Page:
Miles Today: 69
Miles to Date: 3,719
States to Date: 17
Today marks the first day of month three of my cycling adventure, and everything was different! I woke up ten hours after I put my head on the pillow, in the exact same position I laid down – now that is sound sleep. I wasn’t ravenous, thanks to yesterday’s hearty china buffet. And the usual clear morning sky had turned to putty.
I pedaled through downtown Scottsbluff. I wasn’t hungry enough for a full breakfast, but I did savor their Deco movie palace. I crossed the swollen and muddy North Platte River to Gering where, hungry or not, I couldn’t resist the bakeries. I ate my first Grebel, a German fried cake with cinnamon sugar and allspice at The Mixing Bowl. Then I discovered the Gering Bakery, which was packed, and so enjoyed a Long John and chocolate milk. Stopping at bakeries may become my avocation.
I was fully fueled for the long climb out of the valley and the cycling was easy: cool weather, no sun, even a tailwind. The gloom obscured famous Chimney Rock, but it didn’t erase the many signs of the Oregon Trail, which passed through this valley. I pondered the people who travelled so long and hard fueled by hope and determination rather than pastry. We humans are an odd lot, part herd animal, part lone wolf, social yet solitary, clinging to our past yet always questing for more. The Oregon Trail is not a mere historical artifact. It’s another piece in the human continuum for expansion; predated by seafarers and followed by our conquest of space. The will to leave all behind and strike out for the new and better is elemental: there are more immigrants/refugees/wanderers/explorers on earth today than at any time in history.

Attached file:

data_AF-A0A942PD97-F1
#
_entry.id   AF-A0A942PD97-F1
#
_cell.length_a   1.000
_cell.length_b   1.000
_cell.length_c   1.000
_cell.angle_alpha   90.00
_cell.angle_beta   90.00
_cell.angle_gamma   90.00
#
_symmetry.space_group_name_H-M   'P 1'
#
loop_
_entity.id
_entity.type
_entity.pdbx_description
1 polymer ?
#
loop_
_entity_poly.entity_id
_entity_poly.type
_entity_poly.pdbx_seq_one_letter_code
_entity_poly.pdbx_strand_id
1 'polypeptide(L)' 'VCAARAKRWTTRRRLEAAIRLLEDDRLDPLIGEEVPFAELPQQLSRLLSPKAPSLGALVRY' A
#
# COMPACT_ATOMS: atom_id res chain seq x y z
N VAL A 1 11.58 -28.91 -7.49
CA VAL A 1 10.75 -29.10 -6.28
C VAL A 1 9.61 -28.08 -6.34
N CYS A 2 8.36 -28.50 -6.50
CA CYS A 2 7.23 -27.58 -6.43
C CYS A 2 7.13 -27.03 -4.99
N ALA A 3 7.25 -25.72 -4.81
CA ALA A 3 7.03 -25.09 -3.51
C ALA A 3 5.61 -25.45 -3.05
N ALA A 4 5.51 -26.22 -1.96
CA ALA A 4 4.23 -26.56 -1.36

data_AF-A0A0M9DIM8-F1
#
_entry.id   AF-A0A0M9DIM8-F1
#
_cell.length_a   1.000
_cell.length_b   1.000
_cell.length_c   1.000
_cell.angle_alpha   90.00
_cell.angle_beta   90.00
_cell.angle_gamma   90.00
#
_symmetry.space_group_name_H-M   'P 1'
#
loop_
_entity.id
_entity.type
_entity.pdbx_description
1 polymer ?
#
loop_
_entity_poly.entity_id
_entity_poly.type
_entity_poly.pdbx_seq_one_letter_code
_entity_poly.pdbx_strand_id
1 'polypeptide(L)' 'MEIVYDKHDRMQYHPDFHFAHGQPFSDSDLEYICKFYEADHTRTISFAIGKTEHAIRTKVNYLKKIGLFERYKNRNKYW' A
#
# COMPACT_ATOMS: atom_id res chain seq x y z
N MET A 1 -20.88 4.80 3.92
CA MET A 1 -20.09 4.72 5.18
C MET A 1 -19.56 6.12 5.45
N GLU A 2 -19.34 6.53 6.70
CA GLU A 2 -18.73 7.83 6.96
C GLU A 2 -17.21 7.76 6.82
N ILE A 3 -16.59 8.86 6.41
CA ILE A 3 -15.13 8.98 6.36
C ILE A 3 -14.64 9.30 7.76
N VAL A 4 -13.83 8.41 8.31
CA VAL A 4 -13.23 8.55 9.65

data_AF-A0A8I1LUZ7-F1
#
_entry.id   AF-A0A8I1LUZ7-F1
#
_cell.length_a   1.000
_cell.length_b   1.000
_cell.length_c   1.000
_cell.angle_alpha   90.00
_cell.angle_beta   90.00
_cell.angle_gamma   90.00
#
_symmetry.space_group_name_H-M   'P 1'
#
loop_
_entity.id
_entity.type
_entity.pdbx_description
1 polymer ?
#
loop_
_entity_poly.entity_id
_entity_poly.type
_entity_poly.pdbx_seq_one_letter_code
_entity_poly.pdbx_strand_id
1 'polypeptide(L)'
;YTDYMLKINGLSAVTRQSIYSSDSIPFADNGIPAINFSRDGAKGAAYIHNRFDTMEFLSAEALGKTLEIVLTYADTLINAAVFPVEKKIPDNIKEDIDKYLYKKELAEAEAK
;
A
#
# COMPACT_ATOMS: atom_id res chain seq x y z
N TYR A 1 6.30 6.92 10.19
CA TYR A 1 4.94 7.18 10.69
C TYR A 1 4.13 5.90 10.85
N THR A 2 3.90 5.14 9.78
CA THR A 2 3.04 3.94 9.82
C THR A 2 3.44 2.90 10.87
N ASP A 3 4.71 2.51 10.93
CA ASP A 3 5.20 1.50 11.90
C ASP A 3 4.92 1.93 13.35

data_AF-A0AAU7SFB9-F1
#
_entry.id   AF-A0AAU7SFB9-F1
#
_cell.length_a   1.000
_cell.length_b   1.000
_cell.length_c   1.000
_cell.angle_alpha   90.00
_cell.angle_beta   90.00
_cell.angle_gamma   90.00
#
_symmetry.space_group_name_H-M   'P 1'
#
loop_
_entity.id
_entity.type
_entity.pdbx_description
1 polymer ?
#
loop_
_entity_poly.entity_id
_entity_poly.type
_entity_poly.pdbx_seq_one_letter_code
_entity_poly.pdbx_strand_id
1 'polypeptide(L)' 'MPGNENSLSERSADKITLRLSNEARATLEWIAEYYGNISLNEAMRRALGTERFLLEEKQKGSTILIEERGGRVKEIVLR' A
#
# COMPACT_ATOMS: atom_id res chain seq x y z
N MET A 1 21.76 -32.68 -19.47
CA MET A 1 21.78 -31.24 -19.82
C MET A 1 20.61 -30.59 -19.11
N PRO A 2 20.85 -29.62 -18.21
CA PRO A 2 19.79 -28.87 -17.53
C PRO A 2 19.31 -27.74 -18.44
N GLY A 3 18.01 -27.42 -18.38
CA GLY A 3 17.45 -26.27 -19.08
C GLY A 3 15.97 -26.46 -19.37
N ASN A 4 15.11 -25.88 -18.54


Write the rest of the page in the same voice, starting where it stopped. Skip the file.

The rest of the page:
Deep, diffuse thoughts burn cycle time, and I was in Kimball just after noon. I met with John Versay, the General Manager of the Western Nebraska Observer, local newspaper since 1885, to discuss small town news and tomorrow. He recommended the Java Blend for lunch; the stone fired pizza is excellent; worth the side trip from the Oregon Trail and even closer to I-80.
The last twenty miles of my trip was along old US 30, America’s central artery; Interstate 80 was a half-mile to my right, the main line of the Union Pacific 500 feet on my left. Long fright trains went by in each direction every half an hour or so, hauling cars, food, lumber, oil. My road was empty, not a soul lived within miles, and yet all this traffic kept whizzing by.
I got to Pine Bluffs, WY after four and had to stop at the huge Our Lady of Peace Shrine outside of town. I checked into the Gater Motel and enjoyed a quiet night.